Have we imitated the Romans in our (mis)handling of the pandemic? We certainly have relied on health experts in the same way the Romans used to wait on the divine Sibylline oracles. There might have also been a glimmer of Julius Caesar in Emmanuel Macron, when he declared a war against a legion of merciless particles.
But what about the Roman patria, from which we take the word patriotism, the one virtue we should have borrowed from the Ancients? In a time when patriotism has diminished into skepticism, what good could the Romans teach us about politics amid a health crisis?
He who is suspicious of the efficacy of lockdowns might rejoice at the likelihood that the Romans, them, would hardly have envisaged, after every disaster, to restart politics and economies anew. Though a popular Roman deity was Janus, the god of beginning, his instagrammable two-faced head (unlike Instagram, he literally had two faces) would not have encouraged the Romans to craft up their “never shall I ever” or “new normal” listicles, to look forward to a post-pandemic life.
For there was only one beginning for the Romans, and that was the founding of Rome. “So great was the effort and toil to found the Roman people,” Virgil reminds us in the Aeneid – and it is no coincidence that Minerva, the god of remembrance, was also a popular deity at the time.
Have we mishandled the pandemic because we failed to remember? A chief symptom to panic is amnesia; when one is pressed to think ahead, all that precedes him evaporates. In the 1950s, Hannah Arendt associated the crisis of authority in the West with its affinity to burn bridges, the easiness with which us moderns divorce with the past.
There is no clumsier political savviness for the Romans than to hear politicians claim that their job is to guarantee a safe future – it is the opposite; politics is made to preserve the past; to do justice to the legends. Only ideologies find legitimacy in the future.
When last spring we first heard that a pandemic endangered the lives of our grandmothers, the farthest representative of our past, were there alternative strategies to preserve that heritage? Probably – it would have required, at least, a shift in discourse among our politicians; a switch from ‘we shall, after all this is over,’ to ‘since it has been such, we shall’.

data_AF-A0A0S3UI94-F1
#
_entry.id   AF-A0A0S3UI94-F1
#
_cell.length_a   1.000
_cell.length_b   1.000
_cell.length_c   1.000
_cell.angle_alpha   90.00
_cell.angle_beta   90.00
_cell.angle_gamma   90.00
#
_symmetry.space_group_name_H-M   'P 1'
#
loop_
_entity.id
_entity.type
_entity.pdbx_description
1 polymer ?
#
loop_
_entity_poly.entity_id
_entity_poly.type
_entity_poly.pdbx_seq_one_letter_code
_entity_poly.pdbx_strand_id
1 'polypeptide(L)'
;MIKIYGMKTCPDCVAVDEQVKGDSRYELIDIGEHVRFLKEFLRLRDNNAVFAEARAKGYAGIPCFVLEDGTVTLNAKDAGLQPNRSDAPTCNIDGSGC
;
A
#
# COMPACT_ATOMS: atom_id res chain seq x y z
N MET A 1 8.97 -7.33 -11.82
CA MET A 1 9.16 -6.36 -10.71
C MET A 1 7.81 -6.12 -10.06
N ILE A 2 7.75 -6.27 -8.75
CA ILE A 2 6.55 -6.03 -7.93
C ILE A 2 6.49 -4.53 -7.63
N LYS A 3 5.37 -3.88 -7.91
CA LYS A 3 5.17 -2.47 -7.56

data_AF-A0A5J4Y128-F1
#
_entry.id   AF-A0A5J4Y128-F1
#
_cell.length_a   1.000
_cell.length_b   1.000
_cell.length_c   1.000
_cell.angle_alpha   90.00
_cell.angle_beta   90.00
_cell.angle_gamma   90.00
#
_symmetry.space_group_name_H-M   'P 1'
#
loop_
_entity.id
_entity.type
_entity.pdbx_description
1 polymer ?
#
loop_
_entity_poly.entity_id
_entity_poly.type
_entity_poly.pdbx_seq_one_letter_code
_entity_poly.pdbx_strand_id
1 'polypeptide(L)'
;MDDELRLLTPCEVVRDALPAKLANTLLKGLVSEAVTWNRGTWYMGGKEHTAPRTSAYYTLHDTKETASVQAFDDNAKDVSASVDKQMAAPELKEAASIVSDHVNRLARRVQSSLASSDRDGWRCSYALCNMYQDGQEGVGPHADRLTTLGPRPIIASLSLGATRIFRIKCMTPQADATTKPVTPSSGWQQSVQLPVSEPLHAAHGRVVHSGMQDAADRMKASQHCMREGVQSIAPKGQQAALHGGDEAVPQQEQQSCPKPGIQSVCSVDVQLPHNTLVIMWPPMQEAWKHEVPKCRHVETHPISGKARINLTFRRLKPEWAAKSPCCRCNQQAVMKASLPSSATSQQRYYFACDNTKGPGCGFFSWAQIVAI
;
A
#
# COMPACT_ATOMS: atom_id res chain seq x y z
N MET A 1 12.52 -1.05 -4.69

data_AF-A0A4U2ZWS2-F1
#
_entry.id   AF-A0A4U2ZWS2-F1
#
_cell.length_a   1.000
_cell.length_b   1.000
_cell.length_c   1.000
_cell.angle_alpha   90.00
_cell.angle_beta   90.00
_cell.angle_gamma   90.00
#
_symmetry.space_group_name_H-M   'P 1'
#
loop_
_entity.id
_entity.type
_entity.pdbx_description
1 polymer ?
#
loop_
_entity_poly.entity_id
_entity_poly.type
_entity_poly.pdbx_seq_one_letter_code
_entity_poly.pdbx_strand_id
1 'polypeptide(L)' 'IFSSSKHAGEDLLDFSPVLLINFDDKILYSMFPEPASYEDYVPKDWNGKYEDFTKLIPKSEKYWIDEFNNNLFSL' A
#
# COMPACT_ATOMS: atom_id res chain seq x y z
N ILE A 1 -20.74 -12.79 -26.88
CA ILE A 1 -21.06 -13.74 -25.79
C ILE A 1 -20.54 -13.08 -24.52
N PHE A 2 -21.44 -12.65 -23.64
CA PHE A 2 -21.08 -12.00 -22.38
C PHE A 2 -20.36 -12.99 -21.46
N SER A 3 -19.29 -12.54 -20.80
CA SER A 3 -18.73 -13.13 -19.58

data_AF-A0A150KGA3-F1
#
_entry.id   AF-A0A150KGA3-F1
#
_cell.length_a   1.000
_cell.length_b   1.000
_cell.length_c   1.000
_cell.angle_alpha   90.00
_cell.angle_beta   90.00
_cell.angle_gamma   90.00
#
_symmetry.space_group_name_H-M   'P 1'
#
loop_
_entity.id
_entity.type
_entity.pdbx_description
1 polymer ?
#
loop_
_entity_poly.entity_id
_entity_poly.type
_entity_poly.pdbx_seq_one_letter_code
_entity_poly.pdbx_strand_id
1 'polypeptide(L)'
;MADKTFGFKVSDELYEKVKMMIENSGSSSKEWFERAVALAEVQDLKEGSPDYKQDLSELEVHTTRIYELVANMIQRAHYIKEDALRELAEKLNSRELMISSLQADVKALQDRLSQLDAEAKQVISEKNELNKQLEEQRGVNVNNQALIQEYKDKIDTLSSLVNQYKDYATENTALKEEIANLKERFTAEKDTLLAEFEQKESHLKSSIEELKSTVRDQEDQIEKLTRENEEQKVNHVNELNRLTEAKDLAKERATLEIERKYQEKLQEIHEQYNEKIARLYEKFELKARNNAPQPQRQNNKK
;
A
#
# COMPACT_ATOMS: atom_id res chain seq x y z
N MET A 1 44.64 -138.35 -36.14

Of course, the definitive, now-or-never tone in the statements we have heard since last spring come not from Ancient Rome but Papal Rome, for which God is said to make time pass by more quickly when Judgement Day is around the corner. This feeling of acceleration is symptomatic of all crises, and though most of us feel that time is not passing at all, it is always the policy-maker who feels that he has never enough time on his hands.
If Netflix had been booming with post-apocalyptic shows long before the pandemic, it is because musings over the end of the world are hardly original – Marx prophesied the end of capitalism; Fukuyama the end of history. Nothing is more characteristic of the modern period than the serious conviction that things must end, from Hamlet’s “time is out of joint” to Byron’s “all is over” – and that destructive attitude, we owe it as much to the first Popes as the first scientists, whose revolutions, too, from Copernicus to Darwin, meant that the past has duped us and now came the time to flip things over and anew.
And yet nothing is more dangerous to politics than the very disruption of our notion of time – and the next elections shall tell us more about its consequences. St. Augustine, even at the fall of the Roman Empire, at the height of its political crisis, could still find it essential to claim that “You precede all times past, and survive all future times.” In a time when it is the past that no longer survives and the future that appears to have already preceded us, flown past us, are we not better off, when in pandemic, to do as the Romans do?